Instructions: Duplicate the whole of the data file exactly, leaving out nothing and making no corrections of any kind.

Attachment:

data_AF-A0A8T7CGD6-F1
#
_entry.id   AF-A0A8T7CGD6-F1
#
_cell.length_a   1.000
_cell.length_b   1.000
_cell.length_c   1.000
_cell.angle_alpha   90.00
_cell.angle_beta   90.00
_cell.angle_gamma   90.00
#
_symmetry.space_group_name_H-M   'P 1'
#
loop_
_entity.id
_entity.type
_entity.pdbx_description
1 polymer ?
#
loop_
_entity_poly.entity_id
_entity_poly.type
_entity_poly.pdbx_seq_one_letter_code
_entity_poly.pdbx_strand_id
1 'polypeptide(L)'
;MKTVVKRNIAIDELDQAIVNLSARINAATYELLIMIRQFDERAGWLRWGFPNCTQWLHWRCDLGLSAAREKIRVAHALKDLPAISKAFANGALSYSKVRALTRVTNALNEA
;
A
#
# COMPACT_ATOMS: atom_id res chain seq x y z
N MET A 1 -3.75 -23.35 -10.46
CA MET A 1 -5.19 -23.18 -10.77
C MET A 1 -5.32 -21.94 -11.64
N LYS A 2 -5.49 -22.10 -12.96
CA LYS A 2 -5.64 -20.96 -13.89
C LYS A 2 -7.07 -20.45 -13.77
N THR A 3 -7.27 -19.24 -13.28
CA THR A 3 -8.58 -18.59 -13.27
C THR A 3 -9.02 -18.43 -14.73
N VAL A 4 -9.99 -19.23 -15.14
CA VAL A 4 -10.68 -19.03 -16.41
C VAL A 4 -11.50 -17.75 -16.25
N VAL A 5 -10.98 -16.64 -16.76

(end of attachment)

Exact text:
data_AF-A0A8T7CGD6-F1
#
_entry.id   AF-A0A8T7CGD6-F1
#
_cell.length_a   1.000
_cell.length_b   1.000
_cell.length_c   1.000
_cell.angle_alpha   90.00
_cell.angle_beta   90.00
_cell.angle_gamma   90.00
#
_symmetry.space_group_name_H-M   'P 1'
#
loop_
_entity.id
_entity.type
_entity.pdbx_description
1 polymer ?
#
loop_
_entity_poly.entity_id
_entity_poly.type
_entity_poly.pdbx_seq_one_letter_code
_entity_poly.pdbx_strand_id
1 'polypeptide(L)'
;MKTVVKRNIAIDELDQAIVNLSARINAATYELLIMIRQFDERAGWLRWGFPNCTQWLHWRCDLGLSAAREKIRVAHALKDLPAISKAFANGALSYSKVRALTRVTNALNEA
;
A
#
# COMPACT_ATOMS: atom_id res chain seq x y z
N MET A 1 -3.75 -23.35 -10.46
CA MET A 1 -5.19 -23.18 -10.77
C MET A 1 -5.32 -21.94 -11.64
N LYS A 2 -5.49 -22.10 -12.96
CA LYS A 2 -5.64 -20.96 -13.89
C LYS A 2 -7.07 -20.45 -13.77
N THR A 3 -7.27 -19.24 -13.28
CA THR A 3 -8.58 -18.59 -13.27
C THR A 3 -9.02 -18.43 -14.73
N VAL A 4 -9.99 -19.23 -15.14
CA VAL A 4 -10.68 -19.03 -16.41
C VAL A 4 -11.50 -17.75 -16.25
N VAL A 5 -10.98 -16.64 -16.76